In Hamilton’s original cast, Mr. Christopher Jackson originated the role of President George Washington.  It is not that children will watch the musical and misunderstand it, coming to the conclusion that Mr. Washington was Black, but as Dr. Romano asked, these children will grow up to think that Mr. Washington could have been Black and that a president can be Black.  As a result, non-Black youth will see themselves and their Black peers as welcome in places of power.

Critics have said that placing people of color in roles without discussing their ethnic or racial backgrounds can be performative or simply for the appearance of implementing diverse casting.  Yet, it is important for people of color and others to see diversity in the media.  This creates a place for minorities in any room.  While acknowledging that change can prove necessary in situations when race is relevant, it is also crucial to present diverse casting as the norm.

Admittedly, it does not always make sense to change the racial or ethnic background of real-life people in media adaptations, such as in Broadway’s To Kill a Mockingbird.  Race and appearance influence the interactions between the characters in To Kill a Mockingbird.  Yet when the racial background of a character is of lesser importance to the plot and rather serves as a means of maintaining societal lines, casting directors should take liberties to ensure that their media reaches and represents a larger audience.

Color-blind casting occurs when roles are open to people of any race, and directors cast characters without regard to their appearance.  Although the diversity of the Hamilton cast points toward color-blind casting, this is not the case as the cast is intentionally diverse.  Actors of color, for example, portray the Founding Fathers of the United States, Mr. Hamilton, Mr. Thomas Jefferson, Mr. James Madison, and Mr. Washington, in the show.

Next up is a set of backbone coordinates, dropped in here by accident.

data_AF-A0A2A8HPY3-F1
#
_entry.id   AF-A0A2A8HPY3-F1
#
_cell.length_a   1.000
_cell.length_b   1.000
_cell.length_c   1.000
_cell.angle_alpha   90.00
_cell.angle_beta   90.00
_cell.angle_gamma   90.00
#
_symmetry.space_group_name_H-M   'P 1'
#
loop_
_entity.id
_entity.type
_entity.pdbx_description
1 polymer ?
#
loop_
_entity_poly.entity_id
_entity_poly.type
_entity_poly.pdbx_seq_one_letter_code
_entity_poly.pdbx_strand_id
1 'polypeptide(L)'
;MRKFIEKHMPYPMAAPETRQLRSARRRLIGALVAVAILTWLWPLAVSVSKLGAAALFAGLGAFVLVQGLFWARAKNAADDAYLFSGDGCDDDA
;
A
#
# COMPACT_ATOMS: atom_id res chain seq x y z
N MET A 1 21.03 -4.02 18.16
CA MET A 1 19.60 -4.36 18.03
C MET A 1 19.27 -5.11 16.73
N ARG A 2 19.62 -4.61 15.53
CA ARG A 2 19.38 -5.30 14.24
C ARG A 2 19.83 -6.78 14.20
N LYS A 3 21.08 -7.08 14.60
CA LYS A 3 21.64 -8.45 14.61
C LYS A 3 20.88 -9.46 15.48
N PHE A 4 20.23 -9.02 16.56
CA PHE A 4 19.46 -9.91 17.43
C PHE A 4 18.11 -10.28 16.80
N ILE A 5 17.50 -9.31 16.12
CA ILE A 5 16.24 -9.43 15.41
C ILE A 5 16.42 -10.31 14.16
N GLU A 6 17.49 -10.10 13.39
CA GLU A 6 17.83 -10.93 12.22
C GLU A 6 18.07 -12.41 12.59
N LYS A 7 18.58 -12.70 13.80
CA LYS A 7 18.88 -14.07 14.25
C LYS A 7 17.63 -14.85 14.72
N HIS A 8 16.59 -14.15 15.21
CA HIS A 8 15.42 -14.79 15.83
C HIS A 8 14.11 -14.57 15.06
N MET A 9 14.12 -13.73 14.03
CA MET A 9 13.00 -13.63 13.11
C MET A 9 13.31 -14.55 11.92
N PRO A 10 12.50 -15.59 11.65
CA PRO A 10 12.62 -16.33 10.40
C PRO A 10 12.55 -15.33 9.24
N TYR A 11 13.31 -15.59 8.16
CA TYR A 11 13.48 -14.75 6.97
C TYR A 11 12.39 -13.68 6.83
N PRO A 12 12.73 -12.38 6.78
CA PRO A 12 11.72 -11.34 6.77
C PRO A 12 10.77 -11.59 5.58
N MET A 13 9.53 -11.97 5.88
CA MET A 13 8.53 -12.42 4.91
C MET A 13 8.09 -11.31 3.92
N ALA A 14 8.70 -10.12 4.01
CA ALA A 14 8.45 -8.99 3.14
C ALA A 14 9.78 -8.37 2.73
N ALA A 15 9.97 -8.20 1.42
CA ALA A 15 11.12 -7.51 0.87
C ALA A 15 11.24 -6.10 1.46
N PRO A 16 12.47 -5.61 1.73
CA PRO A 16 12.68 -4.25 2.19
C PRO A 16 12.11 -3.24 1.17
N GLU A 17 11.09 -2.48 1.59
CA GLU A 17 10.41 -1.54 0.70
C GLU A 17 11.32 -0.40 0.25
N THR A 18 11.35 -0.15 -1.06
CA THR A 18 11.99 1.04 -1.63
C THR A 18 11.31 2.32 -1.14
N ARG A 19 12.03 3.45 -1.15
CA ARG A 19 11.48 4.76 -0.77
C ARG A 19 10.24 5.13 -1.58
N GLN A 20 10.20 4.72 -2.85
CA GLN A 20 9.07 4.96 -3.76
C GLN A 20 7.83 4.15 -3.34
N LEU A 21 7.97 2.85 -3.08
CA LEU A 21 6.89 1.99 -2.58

Mr. Lin-Manuel Miranda is an American actor, composer, lyricist, and filmmaker who created HamiltonMr. Miranda intended the show to be relevant and to act as a mirror for modern society.  Although he wrote the first song in 2009 and Hamilton premiered in 2015, Mr. Miranda’s goal is for the musical to bridge the distance between the past and the present and reflect the world in which the audience lives, according to

The musical aims to connect the audience with America’s creation story through “diversity instead of literal representation” that permits the cast to further explore the stories of the past, according to latimes.comHamilton paints a picture of Americans that eliminates barriers and demonstrates that everyone can rise and fall.

Hamilton gives people of color ownership over American history and American origin stories.  Similarly, The Little Mermaid remake lets people of color envision themselves as mermaids and other creatures in the sea.  If Black people cannot see themselves in fiction, how can they create a place for themselves in the real world?

Dr. Leslie Harris, professor of History and African American Studies at Northwestern University, considers the absence of both the slaves and free Black community in Hamilton that existed at this time as a missed opportunity for inclusion.  From Dr. Harris’ perspective, the show presents a historical narrative that continues to exclude people of color, according to  Yet, it is not just any representation that makes a difference. 

It is positive representation that changes the narrative for people of color.  Keeping people of color in roles that perpetuate the idea that there is only one place for them in society, corners minorities into a single role for their entire lives.  Mr. Miranda describes Hamilton as “a story about America then, told by America now,” according to  Representation that creates mirrors for all to see themselves in both the past and the present removes obstacles to success. 

Featured Image by Gabrielle Wheeler ’23